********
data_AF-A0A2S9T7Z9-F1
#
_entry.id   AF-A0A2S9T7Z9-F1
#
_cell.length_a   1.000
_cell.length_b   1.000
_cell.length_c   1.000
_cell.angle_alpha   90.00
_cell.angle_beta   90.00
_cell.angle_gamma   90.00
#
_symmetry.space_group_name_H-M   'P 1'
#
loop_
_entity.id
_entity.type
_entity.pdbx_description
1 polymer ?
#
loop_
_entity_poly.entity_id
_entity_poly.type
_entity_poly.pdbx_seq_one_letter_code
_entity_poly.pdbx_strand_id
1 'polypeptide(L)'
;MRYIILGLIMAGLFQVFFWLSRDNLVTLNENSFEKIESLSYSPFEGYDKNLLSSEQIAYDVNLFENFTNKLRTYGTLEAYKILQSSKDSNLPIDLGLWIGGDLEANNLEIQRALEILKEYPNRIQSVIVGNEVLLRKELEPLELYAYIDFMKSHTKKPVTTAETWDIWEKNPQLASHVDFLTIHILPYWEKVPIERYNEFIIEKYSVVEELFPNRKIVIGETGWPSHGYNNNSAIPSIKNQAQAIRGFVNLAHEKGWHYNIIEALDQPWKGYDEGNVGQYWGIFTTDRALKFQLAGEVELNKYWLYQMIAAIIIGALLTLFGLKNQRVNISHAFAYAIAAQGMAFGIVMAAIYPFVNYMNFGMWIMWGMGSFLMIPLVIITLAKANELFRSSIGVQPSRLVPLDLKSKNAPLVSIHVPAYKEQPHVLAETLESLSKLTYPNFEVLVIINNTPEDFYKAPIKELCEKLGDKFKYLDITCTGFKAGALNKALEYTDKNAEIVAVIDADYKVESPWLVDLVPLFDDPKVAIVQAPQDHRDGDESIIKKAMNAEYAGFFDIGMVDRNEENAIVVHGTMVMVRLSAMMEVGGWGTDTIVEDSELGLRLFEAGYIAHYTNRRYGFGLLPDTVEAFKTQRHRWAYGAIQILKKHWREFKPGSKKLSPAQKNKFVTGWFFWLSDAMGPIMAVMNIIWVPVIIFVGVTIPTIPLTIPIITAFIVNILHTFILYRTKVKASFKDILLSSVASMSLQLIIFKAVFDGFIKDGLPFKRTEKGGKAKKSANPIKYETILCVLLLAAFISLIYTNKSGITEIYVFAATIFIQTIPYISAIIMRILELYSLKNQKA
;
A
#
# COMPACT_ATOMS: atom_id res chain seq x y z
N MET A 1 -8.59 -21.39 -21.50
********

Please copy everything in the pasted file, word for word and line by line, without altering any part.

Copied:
data_AF-A0A2S9T7Z9-F1
#
_entry.id   AF-A0A2S9T7Z9-F1
#
_cell.length_a   1.000
_cell.length_b   1.000
_cell.length_c   1.000
_cell.angle_alpha   90.00
_cell.angle_beta   90.00
_cell.angle_gamma   90.00
#
_symmetry.space_group_name_H-M   'P 1'
#
loop_
_entity.id
_entity.type
_entity.pdbx_description
1 polymer ?
#
loop_
_entity_poly.entity_id
_entity_poly.type
_entity_poly.pdbx_seq_one_letter_code
_entity_poly.pdbx_strand_id
1 'polypeptide(L)'
;MRYIILGLIMAGLFQVFFWLSRDNLVTLNENSFEKIESLSYSPFEGYDKNLLSSEQIAYDVNLFENFTNKLRTYGTLEAYKILQSSKDSNLPIDLGLWIGGDLEANNLEIQRALEILKEYPNRIQSVIVGNEVLLRKELEPLELYAYIDFMKSHTKKPVTTAETWDIWEKNPQLASHVDFLTIHILPYWEKVPIERYNEFIIEKYSVVEELFPNRKIVIGETGWPSHGYNNNSAIPSIKNQAQAIRGFVNLAHEKGWHYNIIEALDQPWKGYDEGNVGQYWGIFTTDRALKFQLAGEVELNKYWLYQMIAAIIIGALLTLFGLKNQRVNISHAFAYAIAAQGMAFGIVMAAIYPFVNYMNFGMWIMWGMGSFLMIPLVIITLAKANELFRSSIGVQPSRLVPLDLKSKNAPLVSIHVPAYKEQPHVLAETLESLSKLTYPNFEVLVIINNTPEDFYKAPIKELCEKLGDKFKYLDITCTGFKAGALNKALEYTDKNAEIVAVIDADYKVESPWLVDLVPLFDDPKVAIVQAPQDHRDGDESIIKKAMNAEYAGFFDIGMVDRNEENAIVVHGTMVMVRLSAMMEVGGWGTDTIVEDSELGLRLFEAGYIAHYTNRRYGFGLLPDTVEAFKTQRHRWAYGAIQILKKHWREFKPGSKKLSPAQKNKFVTGWFFWLSDAMGPIMAVMNIIWVPVIIFVGVTIPTIPLTIPIITAFIVNILHTFILYRTKVKASFKDILLSSVASMSLQLIIFKAVFDGFIKDGLPFKRTEKGGKAKKSANPIKYETILCVLLLAAFISLIYTNKSGITEIYVFAATIFIQTIPYISAIIMRILELYSLKNQKA
;
A
#
# COMPACT_ATOMS: atom_id res chain seq x y z
N MET A 1 -8.59 -21.39 -21.50